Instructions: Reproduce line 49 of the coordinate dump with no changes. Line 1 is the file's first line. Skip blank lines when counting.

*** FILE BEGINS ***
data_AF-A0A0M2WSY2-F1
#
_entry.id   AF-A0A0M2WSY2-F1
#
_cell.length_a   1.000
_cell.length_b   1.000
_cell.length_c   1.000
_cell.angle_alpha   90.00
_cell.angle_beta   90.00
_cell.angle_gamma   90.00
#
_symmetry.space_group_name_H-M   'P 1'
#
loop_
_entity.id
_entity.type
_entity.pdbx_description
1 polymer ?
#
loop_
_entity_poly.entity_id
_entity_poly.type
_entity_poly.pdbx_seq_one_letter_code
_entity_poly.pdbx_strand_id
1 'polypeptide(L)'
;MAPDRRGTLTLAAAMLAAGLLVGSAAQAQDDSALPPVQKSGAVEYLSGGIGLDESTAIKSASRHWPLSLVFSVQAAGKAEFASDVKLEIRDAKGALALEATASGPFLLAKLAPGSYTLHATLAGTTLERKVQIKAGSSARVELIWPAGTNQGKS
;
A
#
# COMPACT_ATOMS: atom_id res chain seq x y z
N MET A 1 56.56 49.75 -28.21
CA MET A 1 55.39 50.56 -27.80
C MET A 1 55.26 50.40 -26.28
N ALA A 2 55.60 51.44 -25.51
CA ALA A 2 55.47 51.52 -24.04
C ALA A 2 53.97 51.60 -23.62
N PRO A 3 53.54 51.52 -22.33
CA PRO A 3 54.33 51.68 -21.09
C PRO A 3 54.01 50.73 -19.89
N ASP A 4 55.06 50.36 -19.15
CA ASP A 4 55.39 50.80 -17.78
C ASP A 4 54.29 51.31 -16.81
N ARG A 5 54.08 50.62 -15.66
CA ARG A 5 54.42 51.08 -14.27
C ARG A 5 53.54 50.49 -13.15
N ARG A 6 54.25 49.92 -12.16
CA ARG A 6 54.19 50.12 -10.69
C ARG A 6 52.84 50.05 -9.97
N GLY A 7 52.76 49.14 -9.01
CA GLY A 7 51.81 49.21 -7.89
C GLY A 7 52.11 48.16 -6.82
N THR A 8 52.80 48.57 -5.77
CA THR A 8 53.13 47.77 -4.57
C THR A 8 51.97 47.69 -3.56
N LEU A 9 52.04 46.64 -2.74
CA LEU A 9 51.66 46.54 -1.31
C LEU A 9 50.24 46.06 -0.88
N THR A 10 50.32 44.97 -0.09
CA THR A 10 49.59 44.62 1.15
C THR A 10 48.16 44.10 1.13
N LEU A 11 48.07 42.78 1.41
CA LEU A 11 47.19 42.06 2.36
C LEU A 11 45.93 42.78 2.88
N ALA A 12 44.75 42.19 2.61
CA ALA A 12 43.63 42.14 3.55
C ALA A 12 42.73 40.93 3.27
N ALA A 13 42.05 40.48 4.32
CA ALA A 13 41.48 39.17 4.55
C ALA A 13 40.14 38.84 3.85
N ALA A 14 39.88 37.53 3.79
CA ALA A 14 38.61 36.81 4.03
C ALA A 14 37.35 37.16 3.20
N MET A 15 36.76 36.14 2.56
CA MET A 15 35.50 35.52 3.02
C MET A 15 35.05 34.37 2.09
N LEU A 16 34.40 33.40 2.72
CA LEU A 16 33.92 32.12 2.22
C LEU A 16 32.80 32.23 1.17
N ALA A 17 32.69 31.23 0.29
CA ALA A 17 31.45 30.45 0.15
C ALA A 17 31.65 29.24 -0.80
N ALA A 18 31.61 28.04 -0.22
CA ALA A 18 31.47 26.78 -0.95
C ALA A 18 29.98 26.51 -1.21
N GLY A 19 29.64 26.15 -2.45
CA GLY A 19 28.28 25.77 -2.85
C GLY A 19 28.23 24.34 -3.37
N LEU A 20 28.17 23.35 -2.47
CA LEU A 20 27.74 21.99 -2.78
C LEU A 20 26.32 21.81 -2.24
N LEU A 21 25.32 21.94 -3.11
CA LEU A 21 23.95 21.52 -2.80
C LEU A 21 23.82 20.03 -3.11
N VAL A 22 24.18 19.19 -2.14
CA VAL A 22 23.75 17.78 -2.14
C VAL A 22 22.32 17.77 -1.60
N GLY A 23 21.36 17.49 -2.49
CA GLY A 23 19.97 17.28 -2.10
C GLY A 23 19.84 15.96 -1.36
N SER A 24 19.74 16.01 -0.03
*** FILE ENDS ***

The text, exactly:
N GLY A 7 52.76 49.14 -9.01